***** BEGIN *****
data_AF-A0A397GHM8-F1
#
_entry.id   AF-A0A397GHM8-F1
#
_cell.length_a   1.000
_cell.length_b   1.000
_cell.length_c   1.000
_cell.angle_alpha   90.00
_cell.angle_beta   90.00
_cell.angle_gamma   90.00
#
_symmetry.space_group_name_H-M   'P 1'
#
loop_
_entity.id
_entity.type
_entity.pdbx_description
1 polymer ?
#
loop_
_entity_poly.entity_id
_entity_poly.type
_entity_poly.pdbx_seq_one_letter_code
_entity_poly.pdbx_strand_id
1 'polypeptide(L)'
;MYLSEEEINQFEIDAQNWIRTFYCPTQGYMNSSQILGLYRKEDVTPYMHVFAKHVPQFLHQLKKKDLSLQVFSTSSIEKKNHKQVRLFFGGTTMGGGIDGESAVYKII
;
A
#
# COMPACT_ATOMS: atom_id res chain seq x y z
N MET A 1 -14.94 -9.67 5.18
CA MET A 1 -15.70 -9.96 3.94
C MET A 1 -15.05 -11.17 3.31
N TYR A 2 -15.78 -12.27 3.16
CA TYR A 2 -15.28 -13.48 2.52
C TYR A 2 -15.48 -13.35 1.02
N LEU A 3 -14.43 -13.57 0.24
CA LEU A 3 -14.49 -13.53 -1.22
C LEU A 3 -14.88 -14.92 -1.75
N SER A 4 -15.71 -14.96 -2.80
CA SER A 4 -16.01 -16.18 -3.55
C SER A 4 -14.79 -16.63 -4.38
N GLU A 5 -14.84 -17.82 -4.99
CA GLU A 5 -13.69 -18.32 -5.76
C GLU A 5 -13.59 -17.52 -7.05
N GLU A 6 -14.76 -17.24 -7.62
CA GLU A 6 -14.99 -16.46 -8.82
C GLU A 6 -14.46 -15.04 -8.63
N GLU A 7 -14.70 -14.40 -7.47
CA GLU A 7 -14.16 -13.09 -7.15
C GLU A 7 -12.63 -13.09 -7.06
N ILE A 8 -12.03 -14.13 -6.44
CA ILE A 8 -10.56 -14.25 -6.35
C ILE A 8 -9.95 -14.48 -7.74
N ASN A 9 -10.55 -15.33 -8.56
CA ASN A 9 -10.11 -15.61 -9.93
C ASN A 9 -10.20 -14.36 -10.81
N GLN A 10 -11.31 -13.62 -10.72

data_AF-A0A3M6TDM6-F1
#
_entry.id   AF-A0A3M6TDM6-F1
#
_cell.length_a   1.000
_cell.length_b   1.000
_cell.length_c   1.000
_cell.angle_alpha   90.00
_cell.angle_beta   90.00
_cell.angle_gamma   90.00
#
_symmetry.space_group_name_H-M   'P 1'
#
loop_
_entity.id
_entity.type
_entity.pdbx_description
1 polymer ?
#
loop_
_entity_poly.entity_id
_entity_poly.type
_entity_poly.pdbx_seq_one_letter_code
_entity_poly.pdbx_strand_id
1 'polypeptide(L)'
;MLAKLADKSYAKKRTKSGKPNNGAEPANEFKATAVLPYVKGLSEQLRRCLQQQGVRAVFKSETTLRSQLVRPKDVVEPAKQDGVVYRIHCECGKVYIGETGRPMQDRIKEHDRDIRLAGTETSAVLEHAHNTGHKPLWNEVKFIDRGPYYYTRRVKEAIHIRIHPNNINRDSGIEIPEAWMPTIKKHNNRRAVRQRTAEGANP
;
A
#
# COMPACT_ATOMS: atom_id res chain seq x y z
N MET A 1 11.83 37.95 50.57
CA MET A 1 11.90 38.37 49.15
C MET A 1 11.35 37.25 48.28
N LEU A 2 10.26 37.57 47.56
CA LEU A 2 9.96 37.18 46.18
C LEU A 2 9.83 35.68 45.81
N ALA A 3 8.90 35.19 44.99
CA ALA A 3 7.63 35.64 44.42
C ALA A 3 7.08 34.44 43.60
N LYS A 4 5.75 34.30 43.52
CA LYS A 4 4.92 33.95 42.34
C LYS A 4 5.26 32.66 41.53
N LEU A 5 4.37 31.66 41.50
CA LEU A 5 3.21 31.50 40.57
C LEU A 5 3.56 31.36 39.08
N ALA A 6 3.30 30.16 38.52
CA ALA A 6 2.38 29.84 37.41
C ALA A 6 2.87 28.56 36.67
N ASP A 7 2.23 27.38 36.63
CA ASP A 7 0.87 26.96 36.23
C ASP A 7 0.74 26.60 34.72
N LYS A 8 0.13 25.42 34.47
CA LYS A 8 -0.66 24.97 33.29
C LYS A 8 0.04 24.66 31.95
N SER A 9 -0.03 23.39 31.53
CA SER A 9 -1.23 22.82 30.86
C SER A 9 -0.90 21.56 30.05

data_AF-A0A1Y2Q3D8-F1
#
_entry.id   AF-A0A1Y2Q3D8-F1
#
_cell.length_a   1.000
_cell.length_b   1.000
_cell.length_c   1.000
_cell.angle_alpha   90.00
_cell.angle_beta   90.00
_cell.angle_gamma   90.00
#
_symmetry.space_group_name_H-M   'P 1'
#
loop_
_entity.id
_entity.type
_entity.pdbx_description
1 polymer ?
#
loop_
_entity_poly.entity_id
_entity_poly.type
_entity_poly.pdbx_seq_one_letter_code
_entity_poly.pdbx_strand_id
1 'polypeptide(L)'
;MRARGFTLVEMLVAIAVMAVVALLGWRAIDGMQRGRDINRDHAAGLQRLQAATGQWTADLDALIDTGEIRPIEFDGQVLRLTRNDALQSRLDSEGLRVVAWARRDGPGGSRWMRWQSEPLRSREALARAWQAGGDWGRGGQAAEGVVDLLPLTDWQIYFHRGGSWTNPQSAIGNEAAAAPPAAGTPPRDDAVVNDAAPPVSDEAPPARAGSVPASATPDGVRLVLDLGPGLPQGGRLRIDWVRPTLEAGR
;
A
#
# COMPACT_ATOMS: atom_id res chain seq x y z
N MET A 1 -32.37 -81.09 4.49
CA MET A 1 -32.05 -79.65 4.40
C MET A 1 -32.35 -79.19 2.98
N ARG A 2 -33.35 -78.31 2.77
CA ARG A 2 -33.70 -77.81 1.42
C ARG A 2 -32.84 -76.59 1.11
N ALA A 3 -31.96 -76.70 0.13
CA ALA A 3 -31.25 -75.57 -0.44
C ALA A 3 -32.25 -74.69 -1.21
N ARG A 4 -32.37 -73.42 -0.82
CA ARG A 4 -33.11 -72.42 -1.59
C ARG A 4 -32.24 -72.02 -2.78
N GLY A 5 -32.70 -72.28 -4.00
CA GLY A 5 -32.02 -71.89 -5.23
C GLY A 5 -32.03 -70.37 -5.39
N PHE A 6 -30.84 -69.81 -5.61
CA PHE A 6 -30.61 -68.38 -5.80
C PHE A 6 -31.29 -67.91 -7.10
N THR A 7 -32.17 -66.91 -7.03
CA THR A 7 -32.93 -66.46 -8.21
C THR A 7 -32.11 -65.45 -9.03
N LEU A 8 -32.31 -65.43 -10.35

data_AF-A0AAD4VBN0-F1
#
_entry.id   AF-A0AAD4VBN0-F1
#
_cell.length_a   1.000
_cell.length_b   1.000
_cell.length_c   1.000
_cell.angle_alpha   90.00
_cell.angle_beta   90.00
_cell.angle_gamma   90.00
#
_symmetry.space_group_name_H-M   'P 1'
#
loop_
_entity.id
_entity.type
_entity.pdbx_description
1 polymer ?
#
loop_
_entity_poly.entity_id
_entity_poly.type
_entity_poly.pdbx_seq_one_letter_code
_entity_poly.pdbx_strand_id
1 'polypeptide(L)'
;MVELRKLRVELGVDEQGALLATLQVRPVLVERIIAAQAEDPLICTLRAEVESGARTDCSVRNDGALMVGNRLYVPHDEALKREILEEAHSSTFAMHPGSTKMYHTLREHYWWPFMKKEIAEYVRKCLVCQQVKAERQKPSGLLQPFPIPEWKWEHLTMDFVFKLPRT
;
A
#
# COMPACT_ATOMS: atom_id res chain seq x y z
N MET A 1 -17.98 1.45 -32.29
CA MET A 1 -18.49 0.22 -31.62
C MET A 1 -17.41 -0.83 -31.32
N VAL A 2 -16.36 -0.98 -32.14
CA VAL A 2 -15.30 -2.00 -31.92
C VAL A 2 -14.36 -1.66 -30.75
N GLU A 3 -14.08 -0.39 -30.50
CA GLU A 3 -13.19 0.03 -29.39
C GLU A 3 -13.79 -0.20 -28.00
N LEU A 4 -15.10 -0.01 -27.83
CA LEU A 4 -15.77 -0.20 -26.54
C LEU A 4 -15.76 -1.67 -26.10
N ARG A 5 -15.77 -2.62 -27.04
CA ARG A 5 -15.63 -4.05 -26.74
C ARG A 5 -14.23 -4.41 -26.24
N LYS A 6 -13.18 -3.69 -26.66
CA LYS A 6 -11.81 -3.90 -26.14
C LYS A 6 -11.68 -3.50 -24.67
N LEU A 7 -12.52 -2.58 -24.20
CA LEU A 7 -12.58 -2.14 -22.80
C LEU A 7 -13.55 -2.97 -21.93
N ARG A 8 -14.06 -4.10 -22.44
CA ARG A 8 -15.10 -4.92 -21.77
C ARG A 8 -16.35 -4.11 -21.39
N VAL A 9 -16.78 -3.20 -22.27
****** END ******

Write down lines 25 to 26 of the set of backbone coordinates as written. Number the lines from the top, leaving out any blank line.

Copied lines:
1 'polypeptide(L)'
;MYLSEEEINQFEIDAQNWIRTFYCPTQGYMNSSQILGLYRKEDVTPYMHVFAKHVPQFLHQLKKKDLSLQVFSTSSIEKKNHKQVRLFFGGTTMGGGIDGESAVYKII